The Asheville City Board of Education voted 6-1 to enter into an annual contract for the fiscal year starting July 1 with Chartwells, a subsidiary of Compass Group USA, at a special called meeting June 29.
Since 1975, Buncombe has elected one school board member to represent each of the county’s six attendance zones — Enka, Erwin, Owen, North Buncombe, Reynolds and Roberson — and one at-large member. Candidates must live in the district they represent and residents can vote for all school board representatives, who run on a nonpartisan basis, regardless of their address, according to the resolution passed by the board.
“I wanted to address food insecurity with those who had Type 2 diabetes or hypertension and do something similar to Hello Fresh or Blue Apron, but with food pantry food,” Simuel says.
The accompanying recipe for baked butternut squash with sage and sausage uses leftovers to create an easy and satisfying option for the upcoming holiday season.
“Imagine my delight to instead read an article encouraging the city of Asheville and its residents to support nursing moms in feeding their babies when and wherever they need!”
Superfoods are nutrient dense, rich with vitamins, minerals, antioxidants and polyphenols. Some superfoods are found in Western North Carolina, such as blueberries, sweet potatoes and wild nettles.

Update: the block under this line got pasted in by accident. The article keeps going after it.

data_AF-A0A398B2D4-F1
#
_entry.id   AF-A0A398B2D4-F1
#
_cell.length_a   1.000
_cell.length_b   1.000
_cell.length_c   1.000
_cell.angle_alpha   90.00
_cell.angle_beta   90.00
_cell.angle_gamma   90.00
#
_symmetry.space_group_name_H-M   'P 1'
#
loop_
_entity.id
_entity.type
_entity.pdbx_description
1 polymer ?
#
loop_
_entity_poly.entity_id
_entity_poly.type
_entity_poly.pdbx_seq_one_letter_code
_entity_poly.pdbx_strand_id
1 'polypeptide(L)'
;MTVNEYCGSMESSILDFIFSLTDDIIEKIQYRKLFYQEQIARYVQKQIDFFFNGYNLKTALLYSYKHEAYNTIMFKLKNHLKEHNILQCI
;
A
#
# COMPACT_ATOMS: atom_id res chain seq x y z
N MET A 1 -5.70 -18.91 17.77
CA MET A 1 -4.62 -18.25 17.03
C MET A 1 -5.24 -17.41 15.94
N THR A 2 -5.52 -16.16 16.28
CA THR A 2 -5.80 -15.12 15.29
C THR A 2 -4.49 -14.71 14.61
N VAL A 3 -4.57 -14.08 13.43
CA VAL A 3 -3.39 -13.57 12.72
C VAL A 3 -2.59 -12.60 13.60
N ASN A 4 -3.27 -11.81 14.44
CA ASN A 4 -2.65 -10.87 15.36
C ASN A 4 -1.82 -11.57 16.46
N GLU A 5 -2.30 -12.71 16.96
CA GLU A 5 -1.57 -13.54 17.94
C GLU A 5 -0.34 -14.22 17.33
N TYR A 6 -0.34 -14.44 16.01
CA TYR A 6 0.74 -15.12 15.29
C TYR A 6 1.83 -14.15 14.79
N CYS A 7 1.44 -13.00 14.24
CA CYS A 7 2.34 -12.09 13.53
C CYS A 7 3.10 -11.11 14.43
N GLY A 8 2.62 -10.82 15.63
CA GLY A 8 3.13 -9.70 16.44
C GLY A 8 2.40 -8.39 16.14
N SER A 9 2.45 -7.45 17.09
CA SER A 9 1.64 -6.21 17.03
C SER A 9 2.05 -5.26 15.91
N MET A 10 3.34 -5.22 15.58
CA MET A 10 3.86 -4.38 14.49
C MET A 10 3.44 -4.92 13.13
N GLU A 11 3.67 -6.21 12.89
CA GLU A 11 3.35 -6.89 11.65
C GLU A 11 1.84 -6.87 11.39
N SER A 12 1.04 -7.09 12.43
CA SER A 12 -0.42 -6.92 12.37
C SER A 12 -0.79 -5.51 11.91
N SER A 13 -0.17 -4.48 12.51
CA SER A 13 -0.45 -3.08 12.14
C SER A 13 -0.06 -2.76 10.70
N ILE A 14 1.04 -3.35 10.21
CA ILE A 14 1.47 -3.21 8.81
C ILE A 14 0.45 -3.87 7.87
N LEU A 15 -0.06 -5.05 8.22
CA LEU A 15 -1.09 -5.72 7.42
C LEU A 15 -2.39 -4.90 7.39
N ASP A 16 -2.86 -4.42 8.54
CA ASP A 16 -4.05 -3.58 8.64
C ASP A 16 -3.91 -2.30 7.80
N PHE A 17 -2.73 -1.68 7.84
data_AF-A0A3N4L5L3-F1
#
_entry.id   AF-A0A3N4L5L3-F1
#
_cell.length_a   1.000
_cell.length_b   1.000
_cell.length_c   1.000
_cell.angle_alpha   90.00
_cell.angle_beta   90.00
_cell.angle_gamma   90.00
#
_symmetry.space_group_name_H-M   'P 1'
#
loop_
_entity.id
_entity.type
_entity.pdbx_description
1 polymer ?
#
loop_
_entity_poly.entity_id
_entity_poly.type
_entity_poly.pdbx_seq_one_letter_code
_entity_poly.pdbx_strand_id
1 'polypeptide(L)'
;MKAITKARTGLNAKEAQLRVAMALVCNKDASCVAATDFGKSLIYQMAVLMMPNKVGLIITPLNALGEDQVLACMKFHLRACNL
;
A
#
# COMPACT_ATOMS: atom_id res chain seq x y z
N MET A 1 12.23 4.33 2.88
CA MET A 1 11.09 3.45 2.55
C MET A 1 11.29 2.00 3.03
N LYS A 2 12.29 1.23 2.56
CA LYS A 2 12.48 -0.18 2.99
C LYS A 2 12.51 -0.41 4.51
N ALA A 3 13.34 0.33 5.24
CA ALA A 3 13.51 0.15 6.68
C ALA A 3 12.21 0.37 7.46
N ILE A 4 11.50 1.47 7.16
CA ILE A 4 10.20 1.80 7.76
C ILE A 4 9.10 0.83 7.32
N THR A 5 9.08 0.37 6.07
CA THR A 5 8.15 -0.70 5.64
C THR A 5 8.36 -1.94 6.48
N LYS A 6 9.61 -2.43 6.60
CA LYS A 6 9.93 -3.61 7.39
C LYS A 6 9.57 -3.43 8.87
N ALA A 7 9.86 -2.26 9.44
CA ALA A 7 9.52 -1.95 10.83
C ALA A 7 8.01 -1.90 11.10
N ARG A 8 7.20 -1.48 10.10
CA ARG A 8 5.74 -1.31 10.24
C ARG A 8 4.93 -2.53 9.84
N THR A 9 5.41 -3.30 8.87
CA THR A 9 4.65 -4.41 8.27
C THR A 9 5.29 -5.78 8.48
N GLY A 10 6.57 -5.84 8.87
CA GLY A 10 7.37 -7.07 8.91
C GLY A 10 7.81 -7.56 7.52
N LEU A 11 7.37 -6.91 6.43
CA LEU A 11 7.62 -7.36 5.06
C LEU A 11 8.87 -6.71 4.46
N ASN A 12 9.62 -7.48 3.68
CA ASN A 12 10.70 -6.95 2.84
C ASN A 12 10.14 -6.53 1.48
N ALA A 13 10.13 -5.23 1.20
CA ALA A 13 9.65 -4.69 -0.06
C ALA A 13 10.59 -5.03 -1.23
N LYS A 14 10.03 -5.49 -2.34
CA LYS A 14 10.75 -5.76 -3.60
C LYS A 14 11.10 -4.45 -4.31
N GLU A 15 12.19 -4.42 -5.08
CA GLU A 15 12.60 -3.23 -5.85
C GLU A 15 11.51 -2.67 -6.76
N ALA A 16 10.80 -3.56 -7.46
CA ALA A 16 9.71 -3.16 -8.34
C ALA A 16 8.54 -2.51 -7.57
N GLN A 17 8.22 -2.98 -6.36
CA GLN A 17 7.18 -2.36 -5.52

Earlier this month, survey company WalletHub marked Asheville as one of the “Fattest Cities” in the country. Asheville ranked No. 43 among the 100 most populated U.S. metro areas for obesity levels, weight-related health problems and environmental factors. The Centers for Disease Control and Prevention, meanwhile, reports that the South has the second-highest regional rate […]
In honor of March being national nutrition month, Vice President for Women’s and Children’s Health at Mission Hospital and Medical Director for Mission Children’s Hospital, Dr. Susan Mims, writes a post about pediatric nutrition. (Photo courtesy of the Western Carolina Medical Society)
Taking a trip down the aisle can be a scary experience — and we’re not talking about marriage. We’re talking about the grocery store. Today, the North Carolina Cooperative Extension announced the release of a series of online videos created specifically to help consumers make smart and healthy decisions when they shop for various edibles.
We recently visited a third-grade class at Haw Creek Elementary School in east Asheville and joined the kids for lunch in the cafeteria. In this video, our Food & Features Coordinator Mackensy Lunsford chows down on chicken nuggets, mashed potatoes and green beans, and talks to students about what they like (and don’t like) to eat and why.